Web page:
The IT forecast for 2009 is decidedly cloudy.
Cloud computing, fueled by software as a service, virtualization and managed
services, will become a bigger part of the business of IT solution providers.
As the economy continues to stall, the appeal
of pay-per-use IT services built around virtualization, managed services and
hosted software will grow.
Companies large and small will become more and
more dependent on cloud-based technology, eschewing servers within their
networks in favor of applications hosted at outside data centers. This is
already a fact of life at many small companies, and look for the practice to
extend to businesses with hundreds, even thousands, of employees.
But not all companies are just going to shut
off their servers and rely entirely on the cloud. Far from it. So there will be
plenty of integration work to meld disparate cloud applications with legacy
systems, posing a significant challenge for companies that embrace the cloud.
The same goes for securing the applications as they move around the cloud into
the private network.
These developments are pressuring solution
providers to quickly become conversant with integrating SAAS applications and
implementing stringent security policies to prevent breaches in their clients’
For the channel, cloud computing is a threat
and an opportunity. Nothing new there, when you think about it. Every time a
new IT trend gains momentum, one of the common side effects is tension between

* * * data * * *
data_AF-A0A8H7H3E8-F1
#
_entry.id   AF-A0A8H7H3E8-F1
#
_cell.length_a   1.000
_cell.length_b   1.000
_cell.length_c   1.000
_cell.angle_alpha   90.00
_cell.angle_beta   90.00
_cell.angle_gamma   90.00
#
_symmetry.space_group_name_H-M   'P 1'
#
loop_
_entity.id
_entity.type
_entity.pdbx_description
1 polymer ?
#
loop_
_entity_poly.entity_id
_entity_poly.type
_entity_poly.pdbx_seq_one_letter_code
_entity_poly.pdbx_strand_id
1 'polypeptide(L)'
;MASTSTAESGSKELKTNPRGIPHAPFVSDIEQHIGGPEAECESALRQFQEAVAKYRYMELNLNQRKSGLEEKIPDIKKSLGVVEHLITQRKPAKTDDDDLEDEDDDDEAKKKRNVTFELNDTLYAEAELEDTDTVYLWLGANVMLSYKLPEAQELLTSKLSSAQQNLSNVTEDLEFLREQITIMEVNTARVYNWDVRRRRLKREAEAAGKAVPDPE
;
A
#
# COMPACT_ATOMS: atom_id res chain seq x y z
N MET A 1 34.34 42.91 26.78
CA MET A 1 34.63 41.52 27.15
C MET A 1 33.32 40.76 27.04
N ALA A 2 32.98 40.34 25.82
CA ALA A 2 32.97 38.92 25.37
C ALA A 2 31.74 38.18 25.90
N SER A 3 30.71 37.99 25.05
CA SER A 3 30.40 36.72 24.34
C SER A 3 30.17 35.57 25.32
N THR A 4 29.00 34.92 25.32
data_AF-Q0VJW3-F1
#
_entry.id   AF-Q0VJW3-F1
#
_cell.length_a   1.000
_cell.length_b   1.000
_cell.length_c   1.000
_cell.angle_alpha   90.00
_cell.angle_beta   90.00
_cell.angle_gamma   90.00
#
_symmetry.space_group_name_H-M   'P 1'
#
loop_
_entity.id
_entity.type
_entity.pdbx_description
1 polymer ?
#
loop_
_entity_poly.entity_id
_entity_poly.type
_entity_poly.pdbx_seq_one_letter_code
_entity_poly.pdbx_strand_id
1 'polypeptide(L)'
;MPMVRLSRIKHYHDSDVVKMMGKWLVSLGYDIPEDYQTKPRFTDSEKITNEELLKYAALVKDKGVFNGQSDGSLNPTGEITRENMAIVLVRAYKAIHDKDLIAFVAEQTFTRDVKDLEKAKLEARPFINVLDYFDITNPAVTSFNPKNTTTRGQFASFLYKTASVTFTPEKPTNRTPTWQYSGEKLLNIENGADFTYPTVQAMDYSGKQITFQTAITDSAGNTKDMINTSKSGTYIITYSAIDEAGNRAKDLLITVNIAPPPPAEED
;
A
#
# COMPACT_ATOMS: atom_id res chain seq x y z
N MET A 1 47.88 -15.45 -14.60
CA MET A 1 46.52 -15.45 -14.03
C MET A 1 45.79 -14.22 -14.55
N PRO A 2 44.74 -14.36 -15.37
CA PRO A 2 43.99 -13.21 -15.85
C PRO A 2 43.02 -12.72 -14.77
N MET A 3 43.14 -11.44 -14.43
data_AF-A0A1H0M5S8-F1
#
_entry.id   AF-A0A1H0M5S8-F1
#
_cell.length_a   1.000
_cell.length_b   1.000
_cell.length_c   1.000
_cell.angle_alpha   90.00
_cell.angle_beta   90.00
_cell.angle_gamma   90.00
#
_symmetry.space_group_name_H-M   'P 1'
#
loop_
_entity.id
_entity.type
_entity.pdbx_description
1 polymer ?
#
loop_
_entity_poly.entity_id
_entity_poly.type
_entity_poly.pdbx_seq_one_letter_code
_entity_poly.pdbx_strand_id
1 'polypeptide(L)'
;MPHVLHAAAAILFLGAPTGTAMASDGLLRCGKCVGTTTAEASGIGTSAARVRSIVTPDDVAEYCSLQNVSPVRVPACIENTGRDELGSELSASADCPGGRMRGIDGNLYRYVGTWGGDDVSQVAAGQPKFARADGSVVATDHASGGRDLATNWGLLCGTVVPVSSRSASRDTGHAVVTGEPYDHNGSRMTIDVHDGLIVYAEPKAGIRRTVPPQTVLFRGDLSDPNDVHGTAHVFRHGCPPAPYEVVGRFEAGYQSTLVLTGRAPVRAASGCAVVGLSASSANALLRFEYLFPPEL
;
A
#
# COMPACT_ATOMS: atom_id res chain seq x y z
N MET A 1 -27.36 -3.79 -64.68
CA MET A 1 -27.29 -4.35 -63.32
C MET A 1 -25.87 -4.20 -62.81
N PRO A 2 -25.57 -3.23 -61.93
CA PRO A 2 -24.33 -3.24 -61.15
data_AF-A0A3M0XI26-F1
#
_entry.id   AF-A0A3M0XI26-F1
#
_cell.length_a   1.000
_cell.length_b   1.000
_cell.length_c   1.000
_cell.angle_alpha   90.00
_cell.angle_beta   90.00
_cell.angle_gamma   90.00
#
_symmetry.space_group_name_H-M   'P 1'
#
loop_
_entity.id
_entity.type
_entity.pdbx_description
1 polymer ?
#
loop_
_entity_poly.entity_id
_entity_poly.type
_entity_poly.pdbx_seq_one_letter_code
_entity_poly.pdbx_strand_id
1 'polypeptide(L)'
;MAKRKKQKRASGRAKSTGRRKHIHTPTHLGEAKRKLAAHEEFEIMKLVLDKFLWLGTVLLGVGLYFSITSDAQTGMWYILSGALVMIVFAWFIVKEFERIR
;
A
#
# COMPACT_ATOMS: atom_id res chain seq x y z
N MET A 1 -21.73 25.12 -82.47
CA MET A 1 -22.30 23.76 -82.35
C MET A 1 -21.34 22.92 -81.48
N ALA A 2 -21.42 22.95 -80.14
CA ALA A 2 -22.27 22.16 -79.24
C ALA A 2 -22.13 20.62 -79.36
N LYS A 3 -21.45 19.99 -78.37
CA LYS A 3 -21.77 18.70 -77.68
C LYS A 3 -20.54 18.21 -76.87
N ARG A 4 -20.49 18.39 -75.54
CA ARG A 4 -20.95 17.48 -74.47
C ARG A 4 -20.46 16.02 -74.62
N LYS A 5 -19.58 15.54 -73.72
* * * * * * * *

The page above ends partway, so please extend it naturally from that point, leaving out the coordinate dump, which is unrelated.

solution providers and vendors.
IT vendors tend to act in relation to market
trends the same way water acts in an enclosed area when it tries to find a way
out. The problem is that in their rush to capitalize on a trend, vendors often
create a bottleneck of confusion, forcing their channel partners and customers
to waste energy on separating marketing bombast from substance.
Ultimately, the vendors that perform best in
the cloud will be the ones that promote programs and services that empower
solution providers to make sense of it all for their customers. When you look
at the crowd of vendors vying for a piece of the cloud, including Microsoft,
Sun Microsystems, Google, Oracle, Hewlett-Packard and IBM, it doesn’t take a
genius to figure out, based on their track records, which are more likely to
play nice with solution providers.
But just as solution providers face challenges
in seeking to capitalize on the cloud, so do vendors, including the most
channel-friendly among them. Vendors have culture to contend with: They have
infrastructures built around the traditional ways of delivering technology, and
management at large vendors tends to move with the speed of a turning aircraft
carrier in embracing new market trends.
So don’t be surprised if a scrappy new vendor
emerges as Cloud King. Most likely, leadership in cloud computing will come
from a services-centered company rather than a traditional vendor.
Integration expertise, of course, will be key,
and that puts companies such New York-based services provider Bluewolf in the
running. Another potential area in which a company could distinguish itself is
the platform-as-a-service trend, or PAAS. Here Salesforce.com
already has an edge, but keep an eye on companies such as StrataScale, which is pushing the envelope by emphasizing speed and flexibility around software-on-demand deployments with its IronScale platform.
vendor grabs a leadership position in the cloud, it will need solution
providers to reach the myriad customers whose needs are best served by
providers that become intimate with their IT systems and business goals. Solution
providers that master the cloud can expect opportunity to rain on them even
through the ongoing rough economic ride.
Pereira is a contributing editor for Channel Insider.